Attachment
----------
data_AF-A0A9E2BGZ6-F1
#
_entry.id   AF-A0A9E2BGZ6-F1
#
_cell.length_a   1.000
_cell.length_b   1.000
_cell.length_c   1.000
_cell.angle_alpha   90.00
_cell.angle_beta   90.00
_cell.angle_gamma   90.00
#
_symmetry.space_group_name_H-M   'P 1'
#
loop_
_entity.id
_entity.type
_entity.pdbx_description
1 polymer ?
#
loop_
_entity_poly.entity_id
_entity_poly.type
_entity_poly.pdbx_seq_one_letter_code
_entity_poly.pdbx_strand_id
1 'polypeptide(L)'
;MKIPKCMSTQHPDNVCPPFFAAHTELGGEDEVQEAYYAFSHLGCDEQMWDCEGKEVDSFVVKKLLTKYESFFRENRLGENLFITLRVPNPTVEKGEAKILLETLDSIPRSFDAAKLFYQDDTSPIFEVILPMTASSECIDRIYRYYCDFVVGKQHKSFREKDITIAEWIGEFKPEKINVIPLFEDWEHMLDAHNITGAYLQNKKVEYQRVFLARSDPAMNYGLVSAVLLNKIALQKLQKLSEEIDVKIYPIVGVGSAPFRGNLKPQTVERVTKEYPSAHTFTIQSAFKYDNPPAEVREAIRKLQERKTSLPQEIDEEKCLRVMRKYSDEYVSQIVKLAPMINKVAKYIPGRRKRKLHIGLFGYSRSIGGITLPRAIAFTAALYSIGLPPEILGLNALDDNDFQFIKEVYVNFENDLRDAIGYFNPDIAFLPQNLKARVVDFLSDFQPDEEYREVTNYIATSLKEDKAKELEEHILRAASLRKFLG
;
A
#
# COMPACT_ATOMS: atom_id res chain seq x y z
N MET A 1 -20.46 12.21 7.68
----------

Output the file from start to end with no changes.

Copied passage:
data_AF-A0A9E2BGZ6-F1
#
_entry.id   AF-A0A9E2BGZ6-F1
#
_cell.length_a   1.000
_cell.length_b   1.000
_cell.length_c   1.000
_cell.angle_alpha   90.00
_cell.angle_beta   90.00
_cell.angle_gamma   90.00
#
_symmetry.space_group_name_H-M   'P 1'
#
loop_
_entity.id
_entity.type
_entity.pdbx_description
1 polymer ?
#
loop_
_entity_poly.entity_id
_entity_poly.type
_entity_poly.pdbx_seq_one_letter_code
_entity_poly.pdbx_strand_id
1 'polypeptide(L)'
;MKIPKCMSTQHPDNVCPPFFAAHTELGGEDEVQEAYYAFSHLGCDEQMWDCEGKEVDSFVVKKLLTKYESFFRENRLGENLFITLRVPNPTVEKGEAKILLETLDSIPRSFDAAKLFYQDDTSPIFEVILPMTASSECIDRIYRYYCDFVVGKQHKSFREKDITIAEWIGEFKPEKINVIPLFEDWEHMLDAHNITGAYLQNKKVEYQRVFLARSDPAMNYGLVSAVLLNKIALQKLQKLSEEIDVKIYPIVGVGSAPFRGNLKPQTVERVTKEYPSAHTFTIQSAFKYDNPPAEVREAIRKLQERKTSLPQEIDEEKCLRVMRKYSDEYVSQIVKLAPMINKVAKYIPGRRKRKLHIGLFGYSRSIGGITLPRAIAFTAALYSIGLPPEILGLNALDDNDFQFIKEVYVNFENDLRDAIGYFNPDIAFLPQNLKARVVDFLSDFQPDEEYREVTNYIATSLKEDKAKELEEHILRAASLRKFLG
;
A
#
# COMPACT_ATOMS: atom_id res chain seq x y z
N MET A 1 -20.46 12.21 7.68